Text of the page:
Welcome to my monthly… eh, weekly update. Sorry, I fell into the hustle trap and lost focus on the bigger plan. I coded a lot, met great people, and changed plans again. DevOps Metrics will be released this year with a cut scope. So, you can use it already, and I can develop the product further with your feedback. Read more in the following sections of my weekly update on bootstrapping a SaaS offering.
Last time I wrote about the finished GitHub integration. I underestimated the effort to integrate it into the analysis flows of DevOps Metrics and, far more critical, the onboarding and account management. Furthermore, I crunched out an API to support my freelancer, who also built significant parts of the frontend integration.
The freelancer I partnered up with had some more hours available for me, so he delivered a simple prototype version of a Jira integration. I adjusted the integration code infrastructure in the backend to quickly hook up other issue systems.
It fetches the data from the backend. After all the backend integration work, it is a relief to see some numbers and charts moving in the browser. The onboarding and proper account management are still in progress.
Things I don’t want to build again: signups, login pages, and corresponding email flows. Also, all the troubles around OAuth2. DevOps Metrics uses Auth0 for its user management.
Building the product I have in mind takes time, a lot of time. Building without users on it is a bad idea. So, what is the dimension I can turn the knob on when time and quality are fixed?
I plan to release DevOps Metrics as a public beta with parts of the metrics and features. The initial goal was to do this end of October. A more realistic goal is this year.
Yes, that’s what I do right now. And if you are one of my early potential customers: thank you for trusting in me, and please don’t go away after this honesty.
I sincerely believe in this as part of my validation for DevOps Metrics as a product. If no one wants to use it, why even built it?
I met so many interesting people. In my calendar, I counted 2-3 meetings per week for the last month. It was intense. I am more introverted when meeting new people. So, I need some time for evaluation and thinking afterward. To give you an idea, these people were:
- fellow bootstrappers
- an AWS engineering manager (and former bootstrapper), a very cool guy
- a co-founder of a big B2B SaaS company
My intention here is to learn from others and hopefully also to share some learnings.
I call it the hustle trap. In stressful situations, I tend to work more crazy hours. It is not healthy.
Because my initial plans to decrease my time on consulting gigs last Summer did not work out, I paid a freelancer to support me. Having another person working 20-30 hours per week on DevOps Metrics caused more work for me than expected. I didn’t want to block him. I fell into unhealthy habits of working from 9 to 9 for six days a week. That’s neither healthy nor sustainable.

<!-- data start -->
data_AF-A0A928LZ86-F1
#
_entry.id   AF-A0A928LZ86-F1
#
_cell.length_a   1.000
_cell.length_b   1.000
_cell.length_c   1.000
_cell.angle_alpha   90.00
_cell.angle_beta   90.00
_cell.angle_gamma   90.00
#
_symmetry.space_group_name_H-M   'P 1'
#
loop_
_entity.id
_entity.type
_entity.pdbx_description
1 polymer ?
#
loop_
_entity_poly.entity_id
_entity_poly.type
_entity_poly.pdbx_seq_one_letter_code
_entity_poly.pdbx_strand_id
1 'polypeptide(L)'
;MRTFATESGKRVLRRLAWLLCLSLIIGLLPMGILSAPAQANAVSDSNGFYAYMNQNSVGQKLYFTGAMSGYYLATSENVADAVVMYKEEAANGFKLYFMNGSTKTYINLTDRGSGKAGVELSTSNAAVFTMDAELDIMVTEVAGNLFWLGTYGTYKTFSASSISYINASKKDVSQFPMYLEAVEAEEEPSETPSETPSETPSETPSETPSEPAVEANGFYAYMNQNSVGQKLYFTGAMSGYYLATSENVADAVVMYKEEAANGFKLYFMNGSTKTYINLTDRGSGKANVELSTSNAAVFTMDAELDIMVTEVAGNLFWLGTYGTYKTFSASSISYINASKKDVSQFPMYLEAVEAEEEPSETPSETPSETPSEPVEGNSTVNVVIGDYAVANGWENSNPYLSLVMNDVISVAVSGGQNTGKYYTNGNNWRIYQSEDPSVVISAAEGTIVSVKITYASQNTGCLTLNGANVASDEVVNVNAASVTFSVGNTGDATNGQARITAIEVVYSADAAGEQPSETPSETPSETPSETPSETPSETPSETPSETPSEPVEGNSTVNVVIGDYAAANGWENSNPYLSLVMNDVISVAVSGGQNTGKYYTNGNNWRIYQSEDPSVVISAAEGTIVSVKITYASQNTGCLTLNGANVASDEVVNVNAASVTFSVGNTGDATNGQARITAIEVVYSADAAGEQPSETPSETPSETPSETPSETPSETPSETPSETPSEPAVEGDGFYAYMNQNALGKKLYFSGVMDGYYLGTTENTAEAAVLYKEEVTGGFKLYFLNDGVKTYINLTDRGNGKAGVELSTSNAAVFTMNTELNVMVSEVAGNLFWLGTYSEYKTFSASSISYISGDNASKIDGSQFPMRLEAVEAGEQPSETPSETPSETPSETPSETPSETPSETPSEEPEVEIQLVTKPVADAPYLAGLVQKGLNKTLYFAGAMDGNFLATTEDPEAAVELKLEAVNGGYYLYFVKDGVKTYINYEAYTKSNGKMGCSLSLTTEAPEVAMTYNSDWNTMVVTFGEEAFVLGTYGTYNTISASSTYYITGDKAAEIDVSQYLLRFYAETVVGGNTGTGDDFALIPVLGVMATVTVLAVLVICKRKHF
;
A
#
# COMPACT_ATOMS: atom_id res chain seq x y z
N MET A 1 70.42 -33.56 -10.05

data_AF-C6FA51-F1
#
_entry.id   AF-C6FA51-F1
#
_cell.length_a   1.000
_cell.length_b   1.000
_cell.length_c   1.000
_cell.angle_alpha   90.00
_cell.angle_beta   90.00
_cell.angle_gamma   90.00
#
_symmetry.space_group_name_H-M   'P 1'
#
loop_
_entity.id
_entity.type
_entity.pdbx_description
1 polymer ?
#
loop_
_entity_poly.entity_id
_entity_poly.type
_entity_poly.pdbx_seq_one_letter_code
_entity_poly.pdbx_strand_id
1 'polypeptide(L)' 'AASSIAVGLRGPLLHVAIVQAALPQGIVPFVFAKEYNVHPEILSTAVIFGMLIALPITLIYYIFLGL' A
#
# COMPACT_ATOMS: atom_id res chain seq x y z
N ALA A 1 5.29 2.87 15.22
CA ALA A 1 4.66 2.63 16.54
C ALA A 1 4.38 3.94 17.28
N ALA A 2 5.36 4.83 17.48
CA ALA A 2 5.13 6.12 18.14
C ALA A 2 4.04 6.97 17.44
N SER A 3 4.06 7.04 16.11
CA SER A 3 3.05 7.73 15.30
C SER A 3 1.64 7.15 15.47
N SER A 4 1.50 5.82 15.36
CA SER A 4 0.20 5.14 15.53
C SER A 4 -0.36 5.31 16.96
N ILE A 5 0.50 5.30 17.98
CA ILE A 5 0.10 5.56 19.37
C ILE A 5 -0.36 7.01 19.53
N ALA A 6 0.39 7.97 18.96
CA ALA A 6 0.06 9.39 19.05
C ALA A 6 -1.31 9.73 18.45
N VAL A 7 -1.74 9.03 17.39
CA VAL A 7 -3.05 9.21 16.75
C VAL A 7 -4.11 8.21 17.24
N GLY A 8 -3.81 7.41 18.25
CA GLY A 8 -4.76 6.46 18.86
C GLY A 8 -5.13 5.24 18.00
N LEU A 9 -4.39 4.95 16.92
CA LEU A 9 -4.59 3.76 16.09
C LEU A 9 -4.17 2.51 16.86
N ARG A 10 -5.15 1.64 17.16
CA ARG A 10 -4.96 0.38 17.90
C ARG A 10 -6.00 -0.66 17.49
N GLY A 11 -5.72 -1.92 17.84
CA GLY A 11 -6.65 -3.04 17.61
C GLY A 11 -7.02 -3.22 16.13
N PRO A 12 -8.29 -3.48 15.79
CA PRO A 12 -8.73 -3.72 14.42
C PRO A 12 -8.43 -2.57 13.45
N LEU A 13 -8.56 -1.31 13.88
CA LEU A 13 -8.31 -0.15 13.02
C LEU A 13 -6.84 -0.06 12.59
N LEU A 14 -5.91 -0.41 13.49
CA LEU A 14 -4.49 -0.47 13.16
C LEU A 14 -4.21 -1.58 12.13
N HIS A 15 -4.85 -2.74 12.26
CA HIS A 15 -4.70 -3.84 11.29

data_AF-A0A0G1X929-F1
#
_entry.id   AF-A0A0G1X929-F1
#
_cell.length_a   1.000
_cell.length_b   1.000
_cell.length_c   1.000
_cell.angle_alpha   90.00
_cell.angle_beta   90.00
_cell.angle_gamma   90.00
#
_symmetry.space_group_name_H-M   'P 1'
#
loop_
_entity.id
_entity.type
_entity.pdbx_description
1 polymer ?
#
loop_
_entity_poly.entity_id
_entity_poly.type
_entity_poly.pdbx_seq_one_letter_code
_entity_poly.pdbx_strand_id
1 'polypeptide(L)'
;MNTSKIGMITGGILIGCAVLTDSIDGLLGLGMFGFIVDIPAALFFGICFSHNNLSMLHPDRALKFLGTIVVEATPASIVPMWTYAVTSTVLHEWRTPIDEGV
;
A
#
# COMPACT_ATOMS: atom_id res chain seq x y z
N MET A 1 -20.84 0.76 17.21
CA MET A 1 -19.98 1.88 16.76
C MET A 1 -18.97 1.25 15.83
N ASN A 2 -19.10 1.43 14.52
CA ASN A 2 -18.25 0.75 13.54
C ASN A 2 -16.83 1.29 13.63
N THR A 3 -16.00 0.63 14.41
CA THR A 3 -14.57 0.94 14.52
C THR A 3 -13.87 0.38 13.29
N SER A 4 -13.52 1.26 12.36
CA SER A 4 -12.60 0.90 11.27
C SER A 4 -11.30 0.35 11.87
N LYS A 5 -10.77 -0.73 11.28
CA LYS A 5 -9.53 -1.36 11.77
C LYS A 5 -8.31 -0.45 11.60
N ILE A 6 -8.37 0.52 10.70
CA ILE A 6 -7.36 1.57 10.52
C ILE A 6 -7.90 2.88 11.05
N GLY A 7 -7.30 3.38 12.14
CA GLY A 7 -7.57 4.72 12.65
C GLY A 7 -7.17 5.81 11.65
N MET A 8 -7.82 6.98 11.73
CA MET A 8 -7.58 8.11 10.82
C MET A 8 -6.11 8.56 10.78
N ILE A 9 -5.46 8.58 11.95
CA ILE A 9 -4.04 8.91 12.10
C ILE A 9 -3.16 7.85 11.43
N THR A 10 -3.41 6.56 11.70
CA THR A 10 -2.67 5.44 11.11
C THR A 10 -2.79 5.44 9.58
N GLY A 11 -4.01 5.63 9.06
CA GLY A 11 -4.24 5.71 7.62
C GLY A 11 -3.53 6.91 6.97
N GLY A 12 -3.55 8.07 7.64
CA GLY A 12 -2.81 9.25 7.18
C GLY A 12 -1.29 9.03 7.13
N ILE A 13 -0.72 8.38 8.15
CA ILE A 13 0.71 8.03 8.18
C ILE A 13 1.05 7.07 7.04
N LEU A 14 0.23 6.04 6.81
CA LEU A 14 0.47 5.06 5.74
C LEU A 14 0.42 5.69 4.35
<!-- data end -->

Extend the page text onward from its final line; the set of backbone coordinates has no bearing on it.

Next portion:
I stopped it and will release the public beta later than the end of October.
Before starting this journey with you together, I never imagined all the opportunities and great connections I would make. I am grateful for this. Getting advice from industry experts and talking about possible collaborations with more prominent companies - all not possible by building in my safe cave.
It also defocussed me a bit. Hence, my time is limited.
That’s what I learned from meeting a lot of people with experience in the B2B field. Their advice was crystal clear: don’t do it! I cannot serve on-premise customers properly, or it will be so expensive that it is not attractive for customers given the current state of the product. It will be a distraction from my intention to build a self-service SaaS.
If I have a bad day, I worry that all my efforts are not worth it because competitors are bigger and shinier than me.
There is an exciting aspect to this, and I tend to forget it: I am building this because I am passionate about creating a better future for engineering teams and their managers. DevOps Metrics is my first attempt to achieve this. This mission is broad. I feel at home in the problem space and work with the audience. Probably you are part of it.
Furthermore, they cannot copy my personal brand. That is an unfair advantage. And it is a strong one. You can always trust in my honest intention to help you and your teams.
For me, this here is not just a side project. I mean it seriously.
In the coffee kitchen, we chat about interesting and funny stuff like you would be a co-worker.
One of the founders of Indie Hackers wrote about the infinite game idea and connected it to bootstrapping a business: Infinite Entrepreneurship The main ideas come down to habit vs. goal orientation, and what you value more. And the comparison between bootstrapped and VC-financed businesses.
In this tweet, a beneficial mapping activity for teams is described, and you can apply it for yourself as well. You will see how you spent your time. Afterward, you should ask, am I spending the time appropriately to my values and my goals?
not a fan of tracking time— John Cutler (@johncutlefish) October 9, 2021
but as a team experiment for a week or two, you get nuggets like this...it doesn't need to be perfect to get good insights pic.twitter.com/WYCuhzZ1tz
My plan last time was crashed by more conversations, other people’s advice, and my adaptation to go live with a cut scope. So, I will not pretend a lot this time.
My focus is on finishing the connection between frontend and backend, adding the last missing pieces for the analytics part, and working on all rough edges to simplify onboarding and payment.
See you soon.